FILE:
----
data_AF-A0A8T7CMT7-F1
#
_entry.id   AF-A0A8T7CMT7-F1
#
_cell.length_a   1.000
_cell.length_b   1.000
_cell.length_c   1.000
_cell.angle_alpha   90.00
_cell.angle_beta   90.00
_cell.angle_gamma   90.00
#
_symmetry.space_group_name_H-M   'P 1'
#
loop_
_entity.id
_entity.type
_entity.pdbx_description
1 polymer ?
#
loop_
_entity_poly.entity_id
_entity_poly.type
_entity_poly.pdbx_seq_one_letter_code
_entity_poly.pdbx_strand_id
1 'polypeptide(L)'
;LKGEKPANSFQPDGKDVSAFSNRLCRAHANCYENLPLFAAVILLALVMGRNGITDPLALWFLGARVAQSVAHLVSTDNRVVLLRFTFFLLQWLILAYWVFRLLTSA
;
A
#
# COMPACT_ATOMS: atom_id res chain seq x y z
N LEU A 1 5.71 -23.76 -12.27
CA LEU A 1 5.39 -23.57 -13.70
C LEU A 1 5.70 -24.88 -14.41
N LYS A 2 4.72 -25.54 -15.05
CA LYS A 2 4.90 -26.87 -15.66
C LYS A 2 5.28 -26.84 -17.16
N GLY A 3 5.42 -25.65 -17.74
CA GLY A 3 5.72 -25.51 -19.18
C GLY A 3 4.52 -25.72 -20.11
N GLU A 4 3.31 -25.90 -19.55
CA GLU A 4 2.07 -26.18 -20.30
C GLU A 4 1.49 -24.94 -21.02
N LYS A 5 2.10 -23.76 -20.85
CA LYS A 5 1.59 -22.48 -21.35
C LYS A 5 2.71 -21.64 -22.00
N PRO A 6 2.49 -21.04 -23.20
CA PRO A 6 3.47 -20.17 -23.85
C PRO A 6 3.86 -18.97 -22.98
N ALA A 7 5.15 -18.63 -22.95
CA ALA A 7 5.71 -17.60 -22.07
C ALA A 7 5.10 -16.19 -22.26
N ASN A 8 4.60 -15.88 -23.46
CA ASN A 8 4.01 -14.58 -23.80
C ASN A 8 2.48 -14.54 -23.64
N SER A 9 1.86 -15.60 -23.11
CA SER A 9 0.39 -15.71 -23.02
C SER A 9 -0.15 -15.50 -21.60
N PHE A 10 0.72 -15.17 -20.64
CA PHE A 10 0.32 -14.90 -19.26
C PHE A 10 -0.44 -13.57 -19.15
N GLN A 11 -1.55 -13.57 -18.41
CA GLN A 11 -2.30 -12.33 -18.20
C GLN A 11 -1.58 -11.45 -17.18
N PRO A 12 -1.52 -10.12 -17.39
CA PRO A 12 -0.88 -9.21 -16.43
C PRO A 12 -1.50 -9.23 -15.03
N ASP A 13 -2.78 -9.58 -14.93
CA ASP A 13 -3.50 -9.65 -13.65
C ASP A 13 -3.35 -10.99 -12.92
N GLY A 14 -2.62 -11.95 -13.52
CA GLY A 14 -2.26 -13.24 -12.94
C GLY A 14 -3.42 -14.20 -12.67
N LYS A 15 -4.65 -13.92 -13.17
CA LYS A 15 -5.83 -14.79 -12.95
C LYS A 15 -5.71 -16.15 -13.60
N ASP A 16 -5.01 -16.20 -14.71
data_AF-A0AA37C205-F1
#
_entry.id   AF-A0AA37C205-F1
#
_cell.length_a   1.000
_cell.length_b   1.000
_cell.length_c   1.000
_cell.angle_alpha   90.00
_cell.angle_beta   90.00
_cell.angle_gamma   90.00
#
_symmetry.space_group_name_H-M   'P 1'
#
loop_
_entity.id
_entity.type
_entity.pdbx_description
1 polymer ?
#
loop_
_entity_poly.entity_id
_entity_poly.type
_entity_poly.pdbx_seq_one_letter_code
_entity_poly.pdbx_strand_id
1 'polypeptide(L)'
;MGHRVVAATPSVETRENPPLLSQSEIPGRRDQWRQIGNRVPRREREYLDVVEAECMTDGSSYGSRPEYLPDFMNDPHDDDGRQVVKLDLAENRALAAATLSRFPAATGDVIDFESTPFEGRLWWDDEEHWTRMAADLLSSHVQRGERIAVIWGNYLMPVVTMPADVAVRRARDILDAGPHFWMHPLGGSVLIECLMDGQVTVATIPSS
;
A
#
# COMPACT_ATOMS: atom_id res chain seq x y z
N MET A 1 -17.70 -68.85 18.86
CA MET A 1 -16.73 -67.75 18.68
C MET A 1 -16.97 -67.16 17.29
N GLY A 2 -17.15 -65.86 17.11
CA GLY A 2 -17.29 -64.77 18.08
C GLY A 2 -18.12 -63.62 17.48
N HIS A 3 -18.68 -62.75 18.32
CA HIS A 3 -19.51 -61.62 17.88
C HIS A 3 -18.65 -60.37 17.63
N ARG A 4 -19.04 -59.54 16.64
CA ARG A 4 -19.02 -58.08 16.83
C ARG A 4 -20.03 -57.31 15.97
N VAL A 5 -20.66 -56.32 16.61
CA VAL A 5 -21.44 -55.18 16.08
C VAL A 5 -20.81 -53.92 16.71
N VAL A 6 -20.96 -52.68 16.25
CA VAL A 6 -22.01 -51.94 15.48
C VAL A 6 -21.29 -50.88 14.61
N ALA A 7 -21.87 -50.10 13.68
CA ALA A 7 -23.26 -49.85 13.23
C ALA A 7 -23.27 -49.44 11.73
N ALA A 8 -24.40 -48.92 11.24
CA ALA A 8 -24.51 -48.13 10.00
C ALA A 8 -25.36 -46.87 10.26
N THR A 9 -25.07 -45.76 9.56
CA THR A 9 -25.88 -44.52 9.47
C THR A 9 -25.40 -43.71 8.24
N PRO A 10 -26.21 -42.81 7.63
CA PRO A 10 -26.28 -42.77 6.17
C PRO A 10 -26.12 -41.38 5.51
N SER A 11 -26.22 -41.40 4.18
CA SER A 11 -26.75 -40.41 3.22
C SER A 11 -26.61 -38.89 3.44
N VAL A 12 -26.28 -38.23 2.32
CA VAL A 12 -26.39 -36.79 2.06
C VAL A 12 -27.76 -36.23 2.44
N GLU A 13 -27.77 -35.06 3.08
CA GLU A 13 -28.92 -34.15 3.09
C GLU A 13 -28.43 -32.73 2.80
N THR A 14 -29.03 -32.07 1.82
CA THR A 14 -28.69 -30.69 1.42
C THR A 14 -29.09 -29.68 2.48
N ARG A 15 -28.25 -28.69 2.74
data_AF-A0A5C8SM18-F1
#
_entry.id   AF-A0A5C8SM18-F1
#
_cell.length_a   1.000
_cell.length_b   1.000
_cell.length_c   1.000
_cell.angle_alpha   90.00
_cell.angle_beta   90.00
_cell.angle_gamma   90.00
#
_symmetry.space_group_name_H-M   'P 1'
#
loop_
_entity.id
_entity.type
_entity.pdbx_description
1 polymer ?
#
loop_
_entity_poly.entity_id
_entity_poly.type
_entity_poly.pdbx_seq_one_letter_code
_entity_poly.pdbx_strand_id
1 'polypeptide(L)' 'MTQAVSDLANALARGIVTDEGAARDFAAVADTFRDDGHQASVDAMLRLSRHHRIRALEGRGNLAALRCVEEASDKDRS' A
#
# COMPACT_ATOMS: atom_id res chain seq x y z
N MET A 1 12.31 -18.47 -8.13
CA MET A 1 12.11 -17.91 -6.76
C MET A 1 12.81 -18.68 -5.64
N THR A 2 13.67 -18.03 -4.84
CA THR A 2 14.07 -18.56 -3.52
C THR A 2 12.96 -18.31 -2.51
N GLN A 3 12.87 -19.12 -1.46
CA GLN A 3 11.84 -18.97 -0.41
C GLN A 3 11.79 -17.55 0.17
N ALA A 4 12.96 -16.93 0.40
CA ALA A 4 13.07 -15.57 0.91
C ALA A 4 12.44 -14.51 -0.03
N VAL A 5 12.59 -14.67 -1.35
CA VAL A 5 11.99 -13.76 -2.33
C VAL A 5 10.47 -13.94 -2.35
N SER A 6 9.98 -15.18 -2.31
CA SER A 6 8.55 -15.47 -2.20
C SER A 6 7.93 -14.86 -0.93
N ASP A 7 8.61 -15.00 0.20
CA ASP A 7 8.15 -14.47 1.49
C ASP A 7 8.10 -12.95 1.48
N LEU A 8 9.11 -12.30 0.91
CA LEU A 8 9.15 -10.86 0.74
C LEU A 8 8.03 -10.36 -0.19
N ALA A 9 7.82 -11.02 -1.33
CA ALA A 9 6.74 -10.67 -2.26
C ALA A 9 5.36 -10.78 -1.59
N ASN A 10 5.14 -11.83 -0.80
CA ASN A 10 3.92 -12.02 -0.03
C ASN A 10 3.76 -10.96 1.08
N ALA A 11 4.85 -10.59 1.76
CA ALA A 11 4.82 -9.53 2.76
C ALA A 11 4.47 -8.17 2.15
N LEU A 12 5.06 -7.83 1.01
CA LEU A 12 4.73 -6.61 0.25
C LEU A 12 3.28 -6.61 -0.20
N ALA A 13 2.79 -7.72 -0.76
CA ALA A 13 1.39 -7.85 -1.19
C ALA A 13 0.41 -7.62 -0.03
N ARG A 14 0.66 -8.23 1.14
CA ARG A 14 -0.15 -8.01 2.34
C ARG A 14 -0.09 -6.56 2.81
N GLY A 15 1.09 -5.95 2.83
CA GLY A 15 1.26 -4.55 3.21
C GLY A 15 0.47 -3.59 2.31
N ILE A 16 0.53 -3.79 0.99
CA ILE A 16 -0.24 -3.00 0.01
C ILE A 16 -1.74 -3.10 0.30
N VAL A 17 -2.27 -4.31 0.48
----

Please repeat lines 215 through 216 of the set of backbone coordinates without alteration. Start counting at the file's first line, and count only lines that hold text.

C ALA A 13 0.41 -7.62 -0.03
N ARG A 14 0.66 -8.23 1.14